Category Archives: the GOP

>The GOP’s "Environmental Wish List" is Horrifying

>The following appeared over at the environmentally conscientious blog, it’s an eye-opener for anyone that believes the environment is important and think that the GOP will stand behind their cause:

Unless you’ve been hiding in a cave — or perhaps a lavish, sealed-off compound — for the last few months, you’re likely fully aware that the GOP is in full-bore Tea Partying mode. Which means ultra-anti-regulatory sentiment and pro-corporate cheer-leading rule the day. Man, that was a lot of hyphens. Anyhow, Republicans have seized their moment in the sun to pursue a bill known as the 3-D Act (Domestic Jobs, Domestic Energy and Deficit Reduction). It’s essentially what the New York Times calls “the right’s environmental wish list” — a series of 12 initiatives that include gutting the Clean Air Act, opening up pristine lands for drilling, and trampling the Endangered Species Act.

Here’s the abridged “wish list” from the NY Times, and my response to each entry:

1. Put oil and natural gas leasing on the Outer Continental shelf on a fast track, holding lease sales every nine months and making them dependent on commercial expressions of interest (rather than, say, ecosystem requirements) to determine what parcels should be leased. Ensure that a year after the bill becomes law, there will be three lease sales in the Gulf of Mexico and one off the coast of Virginia.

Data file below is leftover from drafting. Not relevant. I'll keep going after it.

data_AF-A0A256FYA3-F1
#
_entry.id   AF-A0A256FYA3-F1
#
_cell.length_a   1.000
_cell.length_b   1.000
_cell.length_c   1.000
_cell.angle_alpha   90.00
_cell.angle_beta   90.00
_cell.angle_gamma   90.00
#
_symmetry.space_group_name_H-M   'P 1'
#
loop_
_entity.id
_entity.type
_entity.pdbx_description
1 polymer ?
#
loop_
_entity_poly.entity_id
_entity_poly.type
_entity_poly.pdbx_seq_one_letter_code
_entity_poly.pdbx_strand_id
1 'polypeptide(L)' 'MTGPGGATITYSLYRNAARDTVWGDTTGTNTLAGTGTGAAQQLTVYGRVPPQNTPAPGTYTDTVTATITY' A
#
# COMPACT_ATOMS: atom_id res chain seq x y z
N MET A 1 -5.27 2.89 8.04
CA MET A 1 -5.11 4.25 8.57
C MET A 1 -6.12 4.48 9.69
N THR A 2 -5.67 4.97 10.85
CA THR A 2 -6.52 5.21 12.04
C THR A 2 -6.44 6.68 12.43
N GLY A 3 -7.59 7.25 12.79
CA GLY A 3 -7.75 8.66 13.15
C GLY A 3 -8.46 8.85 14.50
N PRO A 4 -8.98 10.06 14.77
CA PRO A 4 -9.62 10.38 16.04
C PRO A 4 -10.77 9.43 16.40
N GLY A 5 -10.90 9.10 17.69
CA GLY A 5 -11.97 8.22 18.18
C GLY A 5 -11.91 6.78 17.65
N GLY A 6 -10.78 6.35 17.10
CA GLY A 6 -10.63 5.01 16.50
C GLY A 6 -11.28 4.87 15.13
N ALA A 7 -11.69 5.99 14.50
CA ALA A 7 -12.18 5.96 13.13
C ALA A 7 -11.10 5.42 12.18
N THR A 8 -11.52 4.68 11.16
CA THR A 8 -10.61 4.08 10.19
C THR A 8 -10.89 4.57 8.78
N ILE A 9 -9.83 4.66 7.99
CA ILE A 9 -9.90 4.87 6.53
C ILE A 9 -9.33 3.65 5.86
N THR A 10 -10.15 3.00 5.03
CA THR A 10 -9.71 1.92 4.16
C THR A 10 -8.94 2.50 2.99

In other words, this would put oil interests first and make ecological considerations near-obsolete. It would also mean much more drilling in the Gulf and off the East Coast.

2. Open the Arctic National Wildlife Refuge to an “environmentally sound program for the exploration, development and production of the oil and gas resources …”

Republicans have been after this for years, but there’s a reason they haven’t gotten it: Cleaning up oil spills in the Arctic, as we saw with the Exxon Valdez, is excruciatingly difficult — and spills therefore do immense damage to the native habitats and local economies.

3. Expedite lease sales for companies seeking to extract oil and natural gas from complex geologic formations like oil shale and tar sands in the West.

The GOP wants to bring the devastatingly destructive tar sands operation like the one in Alberta, Canada, to the United States. Remember, that operation produces what is considered the “dirtiest fuel on earth”.

4. Set a nine-month deadline for the environmental review of any federal action like such leasing.

Read: less talk, more drilling.

Continue read >>>> Here

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Michael Steele Spent RNC Money on Bottle Service at a Bondage Club

It amazes me how this guy still has a job, his creditability has to be close to zero. I bet those in the GOP can’t wait until his term as Chairman is over.

Posted at

Michael Steele is just wasting RNC money on limos and private planes and, yes, private bondage-themed nightclubs with topless ladies.

Tucker Carlson’s The Daily Carlsoning has a wonderful story about how Michael Steele considered buying a private plane, because he spends so much time flying to nightclubs and Hawaii, but he decided not to. Instead he found many other creative ways to waste money.

Once on the ground, FEC filings suggest, Steele travels in style. A February RNC trip to California, for example, included a $9,099 stop at the Beverly Hills Hotel, $6,596 dropped at the nearby Four Seasons, and $1,620.71 spent [update: the amount is actually $1,946.25] at Voyeur West Hollywood, a bondage-themed nightclub featuring topless women dancers imitating lesbian sex.